The Episcopal House of Bishops has voted to remove the leader of its Pittsburgh diocese.
Bishop Robert Duncan is leader of a group that holds to the historic, biblical foundations of the Episcopal Church and has rejected the liberal drift of the denomination. Click here to hear from Bishop Duncan in his own words what he believes about this vote, as seen on CBN Newswatch, Thursday.
The vote, which took place Thursday afternoon in a closed meeting in Salt Lake City, was 88-35 with four abstentions.
The action came as the Episcopal Diocese of Pittsburgh prepares for an Oct. 4 vote to secede from the 2.4 million-member Episcopal Church -- the U.S. branch of the 77 million-member Anglican Communion -- and realign with the more conservative Anglican Province of the Southern Cone in South America.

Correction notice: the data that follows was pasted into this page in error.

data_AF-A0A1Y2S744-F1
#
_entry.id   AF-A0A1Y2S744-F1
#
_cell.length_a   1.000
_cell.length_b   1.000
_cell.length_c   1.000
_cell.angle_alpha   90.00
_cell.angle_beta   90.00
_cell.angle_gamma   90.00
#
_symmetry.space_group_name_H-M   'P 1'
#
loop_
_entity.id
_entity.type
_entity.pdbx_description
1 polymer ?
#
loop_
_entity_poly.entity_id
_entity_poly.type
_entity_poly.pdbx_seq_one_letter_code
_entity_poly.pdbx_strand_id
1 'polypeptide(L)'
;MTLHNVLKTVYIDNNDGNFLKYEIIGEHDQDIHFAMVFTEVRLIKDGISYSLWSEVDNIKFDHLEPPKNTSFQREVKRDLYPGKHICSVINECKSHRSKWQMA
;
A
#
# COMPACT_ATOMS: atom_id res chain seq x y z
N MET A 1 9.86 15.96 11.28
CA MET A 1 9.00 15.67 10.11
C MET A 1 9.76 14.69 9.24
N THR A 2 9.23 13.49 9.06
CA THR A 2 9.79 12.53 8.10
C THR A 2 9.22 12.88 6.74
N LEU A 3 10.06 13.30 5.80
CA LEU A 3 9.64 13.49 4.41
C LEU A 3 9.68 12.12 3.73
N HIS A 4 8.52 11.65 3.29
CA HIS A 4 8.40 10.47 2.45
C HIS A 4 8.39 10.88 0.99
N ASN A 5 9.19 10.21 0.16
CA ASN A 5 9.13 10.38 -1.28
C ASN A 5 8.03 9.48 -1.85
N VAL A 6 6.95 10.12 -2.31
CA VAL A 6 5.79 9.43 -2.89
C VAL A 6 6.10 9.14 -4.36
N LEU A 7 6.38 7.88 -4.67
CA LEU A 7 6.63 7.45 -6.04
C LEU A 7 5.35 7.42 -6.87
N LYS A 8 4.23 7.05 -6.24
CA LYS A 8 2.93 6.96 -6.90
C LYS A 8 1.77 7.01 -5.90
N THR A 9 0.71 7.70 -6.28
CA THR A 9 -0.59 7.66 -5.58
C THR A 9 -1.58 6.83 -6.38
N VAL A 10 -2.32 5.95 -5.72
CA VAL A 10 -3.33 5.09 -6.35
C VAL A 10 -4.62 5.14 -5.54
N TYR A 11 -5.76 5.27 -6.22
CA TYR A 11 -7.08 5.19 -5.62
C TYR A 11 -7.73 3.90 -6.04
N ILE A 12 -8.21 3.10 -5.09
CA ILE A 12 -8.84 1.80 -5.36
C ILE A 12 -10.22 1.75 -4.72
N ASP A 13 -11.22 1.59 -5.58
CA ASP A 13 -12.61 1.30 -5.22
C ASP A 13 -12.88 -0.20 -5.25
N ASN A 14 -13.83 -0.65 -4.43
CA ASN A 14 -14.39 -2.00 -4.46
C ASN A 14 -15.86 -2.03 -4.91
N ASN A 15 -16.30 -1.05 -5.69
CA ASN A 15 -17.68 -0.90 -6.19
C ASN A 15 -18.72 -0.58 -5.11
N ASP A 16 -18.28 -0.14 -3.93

The result of the vote means that Bishop Duncan cannot act in the name of the Episcopal Church for the diocese of Pittsburgh.
However, Duncan still retains all the sacramental authority of a bishop.
"It's a sad day for the Episcopal Church, certainly a sad day for me personally," Duncan told CBN News.
"We're in the midst of a great reformation of the Christian church, particularly in the western world. And this is all part of that. Those of us that are more than ever committed to the Scripture's teaching and to the Lordship of Jesus Christ. We're paying a price," he said.
Source: CBN News, Pittsburg Post-Gazette